Have you ever heard of Gargi Vachaknavi?
Gargi Vachaknavi was a renowned woman scholar of ancient times, born around 700 BC. She is the world’s oldest icon Of feminism in ancient Hinduism. The Vedic literature praises her as a highly knowledgeable philosopher and expounder of Vedas. One of the most coveted titles given to her is Brahmavadini, meaning a person possessing the highest knowledge of Brahman. Reference about her occurs in the 8th Brahmana of Brihadaranyaka Upanishad. It talks of her participation in a philosophical debate organized in a court of King Janaka. She was born in the lineage of the renowned sage Garga and her period is attributed to somewhere between 800 & 500BC. Her father was Vachaknu, hence she inherited the name Gargi Vachaknavi. Her proficiency and depth of knowledge in the scriptures made her competent to hold philosophic discussions with highly learned scholars. In the Upanishadic literature, Gargi appears with other well-learned scholars including Vadava Pratitheyi and Sulabha Maitreyi. In the Vedic lore, her name is mentioned in the Grihya Sutras of Asvalayana. It is said that she was one who could awaken her Kundalini powers.
King Janaka was a patron of learning and scholarship in the Vedas. Once he conducted a Rajasuya Yajna that lasted for several days. As part of the Yajna, he organized live debates between highly learned scholars. He announced 1000 cows with each of the cows dangled with 10 grams of gold in its horns as a prize for the winner. Most scholars did not dare to contest with the highly learned scholar Yajnavalkya. However, among the handful who came forward for discussion, Gargi was the one who could sustain the dialogue with Yajnavalkya till the last minute, finally acknowledging the great scholarship & knowledge of Yajnavalkya. The dialogue between the two has attained immortal fame, it especially highlights the stature of Gargi.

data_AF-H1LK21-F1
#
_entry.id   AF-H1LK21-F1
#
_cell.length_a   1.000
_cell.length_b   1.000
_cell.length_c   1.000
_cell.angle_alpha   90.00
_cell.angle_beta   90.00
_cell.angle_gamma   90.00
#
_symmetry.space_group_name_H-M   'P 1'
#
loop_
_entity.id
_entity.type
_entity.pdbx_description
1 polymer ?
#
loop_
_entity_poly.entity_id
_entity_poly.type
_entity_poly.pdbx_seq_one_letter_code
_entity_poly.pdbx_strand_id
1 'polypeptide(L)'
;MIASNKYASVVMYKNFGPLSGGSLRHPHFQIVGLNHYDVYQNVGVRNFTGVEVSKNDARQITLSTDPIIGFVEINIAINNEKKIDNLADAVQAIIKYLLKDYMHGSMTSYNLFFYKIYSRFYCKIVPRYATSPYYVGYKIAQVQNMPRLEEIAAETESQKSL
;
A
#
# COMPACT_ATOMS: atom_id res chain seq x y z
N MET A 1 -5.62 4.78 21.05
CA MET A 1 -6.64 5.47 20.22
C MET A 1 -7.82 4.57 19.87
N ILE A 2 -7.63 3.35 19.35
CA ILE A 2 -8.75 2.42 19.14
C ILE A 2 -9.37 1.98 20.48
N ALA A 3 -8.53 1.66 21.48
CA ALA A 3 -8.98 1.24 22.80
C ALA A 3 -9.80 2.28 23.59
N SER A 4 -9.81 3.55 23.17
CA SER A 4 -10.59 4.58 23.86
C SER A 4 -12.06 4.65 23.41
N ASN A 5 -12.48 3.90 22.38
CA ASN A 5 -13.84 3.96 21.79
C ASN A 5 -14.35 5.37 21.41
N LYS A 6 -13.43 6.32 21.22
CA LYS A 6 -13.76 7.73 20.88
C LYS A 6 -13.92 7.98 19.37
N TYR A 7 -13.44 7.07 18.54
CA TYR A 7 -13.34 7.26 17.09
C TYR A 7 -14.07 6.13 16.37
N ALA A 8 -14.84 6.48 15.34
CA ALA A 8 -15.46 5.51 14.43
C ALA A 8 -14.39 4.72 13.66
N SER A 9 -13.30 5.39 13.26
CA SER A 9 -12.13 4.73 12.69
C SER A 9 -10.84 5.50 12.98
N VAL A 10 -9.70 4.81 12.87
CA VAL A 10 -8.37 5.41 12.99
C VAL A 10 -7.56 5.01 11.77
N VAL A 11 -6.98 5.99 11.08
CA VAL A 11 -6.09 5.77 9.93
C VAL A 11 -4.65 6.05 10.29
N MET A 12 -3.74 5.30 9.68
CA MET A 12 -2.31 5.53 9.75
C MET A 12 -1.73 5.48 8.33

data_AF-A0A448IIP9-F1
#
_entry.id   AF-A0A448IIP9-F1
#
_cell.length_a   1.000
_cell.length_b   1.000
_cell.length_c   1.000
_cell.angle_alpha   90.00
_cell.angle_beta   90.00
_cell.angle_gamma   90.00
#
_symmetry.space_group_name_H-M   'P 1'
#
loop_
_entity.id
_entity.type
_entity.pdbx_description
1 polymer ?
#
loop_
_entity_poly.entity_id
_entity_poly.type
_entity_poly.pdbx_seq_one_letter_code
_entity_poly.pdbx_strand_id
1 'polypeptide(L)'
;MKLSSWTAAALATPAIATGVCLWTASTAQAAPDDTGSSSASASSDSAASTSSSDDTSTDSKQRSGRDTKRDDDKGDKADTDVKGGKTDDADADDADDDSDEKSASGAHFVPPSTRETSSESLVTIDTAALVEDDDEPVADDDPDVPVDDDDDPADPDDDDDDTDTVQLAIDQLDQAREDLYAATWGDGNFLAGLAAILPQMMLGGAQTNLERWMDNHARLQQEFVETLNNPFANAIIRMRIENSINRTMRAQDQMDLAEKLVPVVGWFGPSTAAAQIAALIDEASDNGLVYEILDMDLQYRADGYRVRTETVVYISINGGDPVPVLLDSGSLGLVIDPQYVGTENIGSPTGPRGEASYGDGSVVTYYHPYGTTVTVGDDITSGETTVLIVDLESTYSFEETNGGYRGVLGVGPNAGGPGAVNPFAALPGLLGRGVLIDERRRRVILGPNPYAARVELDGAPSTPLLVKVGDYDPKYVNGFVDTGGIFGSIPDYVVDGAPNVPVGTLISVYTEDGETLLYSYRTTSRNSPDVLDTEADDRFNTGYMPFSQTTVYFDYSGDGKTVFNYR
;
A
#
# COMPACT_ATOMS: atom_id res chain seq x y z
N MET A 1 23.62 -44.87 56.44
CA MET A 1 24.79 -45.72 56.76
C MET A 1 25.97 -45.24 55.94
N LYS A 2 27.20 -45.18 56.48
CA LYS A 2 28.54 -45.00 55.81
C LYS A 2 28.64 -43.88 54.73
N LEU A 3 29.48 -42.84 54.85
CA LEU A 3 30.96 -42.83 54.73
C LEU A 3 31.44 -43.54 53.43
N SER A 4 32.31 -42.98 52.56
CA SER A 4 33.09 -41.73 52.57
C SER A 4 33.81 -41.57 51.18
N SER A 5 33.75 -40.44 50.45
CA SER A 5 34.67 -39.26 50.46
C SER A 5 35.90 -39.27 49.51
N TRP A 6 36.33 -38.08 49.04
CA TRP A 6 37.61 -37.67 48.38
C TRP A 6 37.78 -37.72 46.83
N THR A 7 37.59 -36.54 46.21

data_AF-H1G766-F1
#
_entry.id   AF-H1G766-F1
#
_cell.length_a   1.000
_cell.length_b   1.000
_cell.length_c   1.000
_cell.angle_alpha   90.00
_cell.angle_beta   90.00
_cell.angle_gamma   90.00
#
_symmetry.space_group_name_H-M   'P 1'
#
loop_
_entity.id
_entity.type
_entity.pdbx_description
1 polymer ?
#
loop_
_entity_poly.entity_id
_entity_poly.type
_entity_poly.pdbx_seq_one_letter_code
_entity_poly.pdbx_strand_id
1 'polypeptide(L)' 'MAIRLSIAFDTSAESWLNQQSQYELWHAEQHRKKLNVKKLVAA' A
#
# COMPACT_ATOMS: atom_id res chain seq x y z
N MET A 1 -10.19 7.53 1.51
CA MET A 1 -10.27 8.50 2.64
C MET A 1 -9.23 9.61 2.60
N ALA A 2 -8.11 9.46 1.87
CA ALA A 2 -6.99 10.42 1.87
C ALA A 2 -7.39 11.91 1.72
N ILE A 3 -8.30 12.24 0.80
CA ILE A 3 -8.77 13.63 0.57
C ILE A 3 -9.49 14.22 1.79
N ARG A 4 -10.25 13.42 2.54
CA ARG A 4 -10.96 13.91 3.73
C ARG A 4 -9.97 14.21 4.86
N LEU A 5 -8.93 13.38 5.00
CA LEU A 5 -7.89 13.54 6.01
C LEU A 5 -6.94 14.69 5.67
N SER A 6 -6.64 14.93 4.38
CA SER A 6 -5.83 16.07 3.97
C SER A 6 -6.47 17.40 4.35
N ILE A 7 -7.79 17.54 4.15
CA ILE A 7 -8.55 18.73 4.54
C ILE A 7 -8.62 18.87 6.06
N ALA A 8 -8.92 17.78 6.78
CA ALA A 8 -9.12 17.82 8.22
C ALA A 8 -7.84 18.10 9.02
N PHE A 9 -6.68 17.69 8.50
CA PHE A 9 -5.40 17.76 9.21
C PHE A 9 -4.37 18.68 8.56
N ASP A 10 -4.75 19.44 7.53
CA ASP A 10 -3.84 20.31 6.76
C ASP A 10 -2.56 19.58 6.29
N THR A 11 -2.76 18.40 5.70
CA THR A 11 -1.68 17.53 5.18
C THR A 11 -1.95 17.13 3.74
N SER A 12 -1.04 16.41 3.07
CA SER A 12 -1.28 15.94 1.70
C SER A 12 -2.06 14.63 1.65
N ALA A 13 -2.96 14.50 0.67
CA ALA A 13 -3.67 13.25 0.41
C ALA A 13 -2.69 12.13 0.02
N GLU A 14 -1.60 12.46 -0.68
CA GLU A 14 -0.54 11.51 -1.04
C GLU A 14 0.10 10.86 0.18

She had a deep inquisitiveness to unravel the mystery of Brahman (the supreme principle) and had tried to expound the nature of atman (individual soul), Brahman (supreme or universal soul), and the relationship between atman and Brahman. She has also contributed good no of verses to Vedic lore. In orthodox & elite Hindu circles, she’s always remembered as an illustrative figure of exalted women. She was a champion of women’s education & social equality. She was truly the 1st feminist, a great scholar & a role model. Gargi was one of the Great Women of India. Vedic times seem so modern and enlightened compared to today. We seem to have slid down a path from the great height some 3000 yrs ago when others were in caves.
The article is retrieved from twitter handle @VandanaJayrajan Our team has corroborated the above information before publishing.